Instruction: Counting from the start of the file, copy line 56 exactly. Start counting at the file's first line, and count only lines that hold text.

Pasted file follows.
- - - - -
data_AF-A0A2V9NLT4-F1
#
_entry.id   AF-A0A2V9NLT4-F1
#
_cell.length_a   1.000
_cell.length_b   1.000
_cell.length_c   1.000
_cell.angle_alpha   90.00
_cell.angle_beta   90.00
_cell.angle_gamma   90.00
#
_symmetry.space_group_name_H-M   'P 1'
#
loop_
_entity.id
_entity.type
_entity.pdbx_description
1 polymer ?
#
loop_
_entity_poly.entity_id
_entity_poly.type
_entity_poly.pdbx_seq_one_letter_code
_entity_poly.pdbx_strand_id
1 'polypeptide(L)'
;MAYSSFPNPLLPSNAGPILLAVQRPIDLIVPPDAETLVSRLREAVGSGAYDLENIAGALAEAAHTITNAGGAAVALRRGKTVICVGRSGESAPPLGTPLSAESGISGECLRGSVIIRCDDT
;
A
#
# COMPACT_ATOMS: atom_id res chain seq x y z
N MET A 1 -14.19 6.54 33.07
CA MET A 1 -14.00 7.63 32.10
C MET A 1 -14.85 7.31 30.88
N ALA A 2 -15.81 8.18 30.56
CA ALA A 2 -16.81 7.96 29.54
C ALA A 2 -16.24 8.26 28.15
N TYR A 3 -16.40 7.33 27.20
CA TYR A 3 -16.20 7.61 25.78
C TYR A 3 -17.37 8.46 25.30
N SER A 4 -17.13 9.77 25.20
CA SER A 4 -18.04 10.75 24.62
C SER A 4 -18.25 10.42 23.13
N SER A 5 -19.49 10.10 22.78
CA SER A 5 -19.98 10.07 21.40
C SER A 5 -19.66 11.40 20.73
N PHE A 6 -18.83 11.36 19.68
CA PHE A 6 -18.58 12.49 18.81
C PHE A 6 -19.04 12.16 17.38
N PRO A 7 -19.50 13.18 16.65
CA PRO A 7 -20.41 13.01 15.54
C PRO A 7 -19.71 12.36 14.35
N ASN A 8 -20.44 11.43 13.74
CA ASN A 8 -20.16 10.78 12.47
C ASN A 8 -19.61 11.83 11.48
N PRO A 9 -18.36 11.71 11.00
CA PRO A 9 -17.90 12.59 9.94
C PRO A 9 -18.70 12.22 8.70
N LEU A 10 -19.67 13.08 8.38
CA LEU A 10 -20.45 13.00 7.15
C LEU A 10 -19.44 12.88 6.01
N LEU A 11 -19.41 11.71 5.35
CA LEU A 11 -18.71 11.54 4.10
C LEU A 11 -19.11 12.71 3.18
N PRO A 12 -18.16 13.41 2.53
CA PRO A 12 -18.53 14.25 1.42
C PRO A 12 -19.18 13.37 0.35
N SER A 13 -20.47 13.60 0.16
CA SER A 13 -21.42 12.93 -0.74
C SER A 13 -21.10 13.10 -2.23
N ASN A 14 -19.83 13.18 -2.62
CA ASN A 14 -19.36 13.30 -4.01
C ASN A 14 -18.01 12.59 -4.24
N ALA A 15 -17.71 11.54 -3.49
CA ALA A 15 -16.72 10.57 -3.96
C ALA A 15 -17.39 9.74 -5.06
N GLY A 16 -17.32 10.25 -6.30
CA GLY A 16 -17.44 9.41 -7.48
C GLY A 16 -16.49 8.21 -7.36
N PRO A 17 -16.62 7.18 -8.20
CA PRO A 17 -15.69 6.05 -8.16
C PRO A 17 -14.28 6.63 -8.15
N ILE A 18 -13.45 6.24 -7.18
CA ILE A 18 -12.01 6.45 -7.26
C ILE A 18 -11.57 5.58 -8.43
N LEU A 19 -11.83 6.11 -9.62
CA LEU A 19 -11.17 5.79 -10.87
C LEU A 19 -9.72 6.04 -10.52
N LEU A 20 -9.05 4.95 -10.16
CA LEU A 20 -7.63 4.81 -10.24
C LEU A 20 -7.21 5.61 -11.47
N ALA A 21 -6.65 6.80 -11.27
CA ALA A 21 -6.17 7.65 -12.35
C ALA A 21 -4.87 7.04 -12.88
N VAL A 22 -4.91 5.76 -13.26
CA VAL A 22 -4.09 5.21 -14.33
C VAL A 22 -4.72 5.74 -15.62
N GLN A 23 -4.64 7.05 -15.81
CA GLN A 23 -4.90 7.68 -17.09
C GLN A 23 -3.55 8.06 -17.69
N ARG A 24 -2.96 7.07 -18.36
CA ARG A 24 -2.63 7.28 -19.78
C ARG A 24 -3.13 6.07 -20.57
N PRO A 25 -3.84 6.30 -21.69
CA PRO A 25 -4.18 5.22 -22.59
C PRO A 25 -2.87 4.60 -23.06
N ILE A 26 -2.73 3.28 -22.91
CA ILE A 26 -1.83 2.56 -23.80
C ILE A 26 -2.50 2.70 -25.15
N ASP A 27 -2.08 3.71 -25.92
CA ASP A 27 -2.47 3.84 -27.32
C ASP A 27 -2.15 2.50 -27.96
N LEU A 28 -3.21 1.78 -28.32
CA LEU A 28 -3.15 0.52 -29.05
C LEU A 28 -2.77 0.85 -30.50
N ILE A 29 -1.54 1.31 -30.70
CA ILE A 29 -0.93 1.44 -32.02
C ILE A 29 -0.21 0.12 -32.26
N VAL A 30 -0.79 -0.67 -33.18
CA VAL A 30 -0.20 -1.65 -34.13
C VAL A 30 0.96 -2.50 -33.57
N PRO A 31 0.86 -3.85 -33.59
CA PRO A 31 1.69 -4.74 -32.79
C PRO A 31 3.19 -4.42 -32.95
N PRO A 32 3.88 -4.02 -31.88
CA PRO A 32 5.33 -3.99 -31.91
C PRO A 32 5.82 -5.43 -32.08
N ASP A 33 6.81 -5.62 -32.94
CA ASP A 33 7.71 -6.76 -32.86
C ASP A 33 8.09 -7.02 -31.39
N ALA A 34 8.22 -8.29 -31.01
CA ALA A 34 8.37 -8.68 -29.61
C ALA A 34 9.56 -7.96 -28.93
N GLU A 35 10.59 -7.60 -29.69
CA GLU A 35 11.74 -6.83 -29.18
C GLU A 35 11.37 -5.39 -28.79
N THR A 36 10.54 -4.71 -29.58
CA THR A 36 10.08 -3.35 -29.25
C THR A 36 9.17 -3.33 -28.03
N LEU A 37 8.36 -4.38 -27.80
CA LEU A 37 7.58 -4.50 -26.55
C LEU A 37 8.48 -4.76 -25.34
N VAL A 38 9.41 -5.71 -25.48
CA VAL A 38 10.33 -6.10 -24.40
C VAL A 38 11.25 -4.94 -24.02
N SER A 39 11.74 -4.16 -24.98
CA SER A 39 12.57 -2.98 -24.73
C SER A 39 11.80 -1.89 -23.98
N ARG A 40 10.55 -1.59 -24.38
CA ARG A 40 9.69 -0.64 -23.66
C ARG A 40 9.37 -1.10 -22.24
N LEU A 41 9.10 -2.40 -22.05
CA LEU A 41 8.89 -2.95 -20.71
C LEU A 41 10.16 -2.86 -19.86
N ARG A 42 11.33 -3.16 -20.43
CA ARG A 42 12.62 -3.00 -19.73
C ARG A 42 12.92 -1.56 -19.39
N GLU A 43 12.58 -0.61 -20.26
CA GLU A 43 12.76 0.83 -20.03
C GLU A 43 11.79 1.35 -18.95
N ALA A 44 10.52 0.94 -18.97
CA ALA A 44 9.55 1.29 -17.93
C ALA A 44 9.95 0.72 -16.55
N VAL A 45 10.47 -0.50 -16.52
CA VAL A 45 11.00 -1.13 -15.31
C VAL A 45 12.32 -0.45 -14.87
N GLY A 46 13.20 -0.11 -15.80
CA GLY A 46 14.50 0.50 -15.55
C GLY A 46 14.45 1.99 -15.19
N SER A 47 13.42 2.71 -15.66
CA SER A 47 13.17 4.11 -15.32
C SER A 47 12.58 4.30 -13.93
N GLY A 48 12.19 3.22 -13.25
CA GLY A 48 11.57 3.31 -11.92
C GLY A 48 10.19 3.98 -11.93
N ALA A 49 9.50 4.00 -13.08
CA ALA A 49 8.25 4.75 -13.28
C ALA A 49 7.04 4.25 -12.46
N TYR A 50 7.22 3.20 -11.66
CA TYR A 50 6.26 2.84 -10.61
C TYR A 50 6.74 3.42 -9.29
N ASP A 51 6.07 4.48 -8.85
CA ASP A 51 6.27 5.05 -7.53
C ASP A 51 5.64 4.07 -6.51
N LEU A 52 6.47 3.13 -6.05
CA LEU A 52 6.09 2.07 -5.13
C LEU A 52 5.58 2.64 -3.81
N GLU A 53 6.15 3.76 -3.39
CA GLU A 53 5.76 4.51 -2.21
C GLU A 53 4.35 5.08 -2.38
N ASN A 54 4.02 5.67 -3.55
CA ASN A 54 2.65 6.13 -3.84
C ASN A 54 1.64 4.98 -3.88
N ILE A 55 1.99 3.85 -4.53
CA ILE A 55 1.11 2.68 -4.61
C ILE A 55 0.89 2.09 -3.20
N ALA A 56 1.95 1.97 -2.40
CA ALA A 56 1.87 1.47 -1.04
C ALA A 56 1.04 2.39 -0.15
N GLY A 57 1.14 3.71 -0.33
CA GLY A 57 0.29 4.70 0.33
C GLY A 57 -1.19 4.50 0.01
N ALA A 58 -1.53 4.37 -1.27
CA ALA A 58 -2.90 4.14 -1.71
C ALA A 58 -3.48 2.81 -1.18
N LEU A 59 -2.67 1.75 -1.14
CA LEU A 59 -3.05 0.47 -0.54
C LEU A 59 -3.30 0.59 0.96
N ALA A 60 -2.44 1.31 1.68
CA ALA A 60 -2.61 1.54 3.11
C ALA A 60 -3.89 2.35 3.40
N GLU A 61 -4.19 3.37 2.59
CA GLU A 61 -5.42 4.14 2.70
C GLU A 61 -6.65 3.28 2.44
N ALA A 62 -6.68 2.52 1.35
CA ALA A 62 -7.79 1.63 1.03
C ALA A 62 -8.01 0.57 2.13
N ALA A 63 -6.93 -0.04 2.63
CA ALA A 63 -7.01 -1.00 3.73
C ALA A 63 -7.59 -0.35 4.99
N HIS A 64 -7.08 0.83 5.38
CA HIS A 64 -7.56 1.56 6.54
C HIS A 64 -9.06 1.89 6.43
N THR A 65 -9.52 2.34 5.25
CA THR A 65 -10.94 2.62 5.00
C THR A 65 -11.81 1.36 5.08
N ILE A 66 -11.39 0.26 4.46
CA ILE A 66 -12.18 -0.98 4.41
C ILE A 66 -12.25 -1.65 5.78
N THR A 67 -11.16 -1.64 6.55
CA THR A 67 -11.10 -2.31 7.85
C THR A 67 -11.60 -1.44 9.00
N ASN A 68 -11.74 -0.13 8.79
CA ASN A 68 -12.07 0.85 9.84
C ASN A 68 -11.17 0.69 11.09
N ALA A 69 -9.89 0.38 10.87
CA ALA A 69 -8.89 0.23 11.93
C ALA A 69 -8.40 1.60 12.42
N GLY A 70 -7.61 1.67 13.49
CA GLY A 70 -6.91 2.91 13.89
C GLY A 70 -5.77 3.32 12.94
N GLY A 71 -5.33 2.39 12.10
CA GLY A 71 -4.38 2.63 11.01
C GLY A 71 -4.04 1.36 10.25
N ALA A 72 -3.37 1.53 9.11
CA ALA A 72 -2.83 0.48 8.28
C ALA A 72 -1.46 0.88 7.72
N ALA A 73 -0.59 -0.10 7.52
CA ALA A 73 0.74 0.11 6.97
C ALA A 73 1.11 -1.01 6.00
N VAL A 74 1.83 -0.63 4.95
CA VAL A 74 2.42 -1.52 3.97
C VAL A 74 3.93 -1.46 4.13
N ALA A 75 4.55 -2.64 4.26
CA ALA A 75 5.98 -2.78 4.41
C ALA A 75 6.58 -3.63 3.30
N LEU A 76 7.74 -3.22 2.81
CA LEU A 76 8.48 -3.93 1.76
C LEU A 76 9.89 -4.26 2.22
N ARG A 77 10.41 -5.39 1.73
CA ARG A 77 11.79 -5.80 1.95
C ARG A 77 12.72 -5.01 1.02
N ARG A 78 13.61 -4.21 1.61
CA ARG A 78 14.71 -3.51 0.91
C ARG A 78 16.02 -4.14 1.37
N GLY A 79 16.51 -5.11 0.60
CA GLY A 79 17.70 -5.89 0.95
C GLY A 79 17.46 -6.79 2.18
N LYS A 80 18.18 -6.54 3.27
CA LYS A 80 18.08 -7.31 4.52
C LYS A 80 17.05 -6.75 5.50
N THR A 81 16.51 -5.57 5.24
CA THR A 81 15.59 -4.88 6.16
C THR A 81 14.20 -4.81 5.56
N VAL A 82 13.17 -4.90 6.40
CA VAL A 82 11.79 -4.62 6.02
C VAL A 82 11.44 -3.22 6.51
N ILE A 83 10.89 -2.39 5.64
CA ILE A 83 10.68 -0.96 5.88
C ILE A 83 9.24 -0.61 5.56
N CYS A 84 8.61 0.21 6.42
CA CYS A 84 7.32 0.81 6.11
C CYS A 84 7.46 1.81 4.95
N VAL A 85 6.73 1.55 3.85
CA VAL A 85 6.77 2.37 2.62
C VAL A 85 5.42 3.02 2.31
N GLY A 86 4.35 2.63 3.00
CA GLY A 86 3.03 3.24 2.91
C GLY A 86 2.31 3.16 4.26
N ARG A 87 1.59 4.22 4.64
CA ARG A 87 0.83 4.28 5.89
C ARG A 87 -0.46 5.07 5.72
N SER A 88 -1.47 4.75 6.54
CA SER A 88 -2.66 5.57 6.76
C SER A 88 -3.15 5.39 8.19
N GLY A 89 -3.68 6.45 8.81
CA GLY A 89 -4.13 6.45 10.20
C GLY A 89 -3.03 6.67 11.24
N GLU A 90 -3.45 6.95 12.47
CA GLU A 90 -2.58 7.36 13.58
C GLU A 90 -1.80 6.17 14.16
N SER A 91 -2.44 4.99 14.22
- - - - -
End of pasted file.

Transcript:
CA PRO A 9 -17.90 12.59 9.94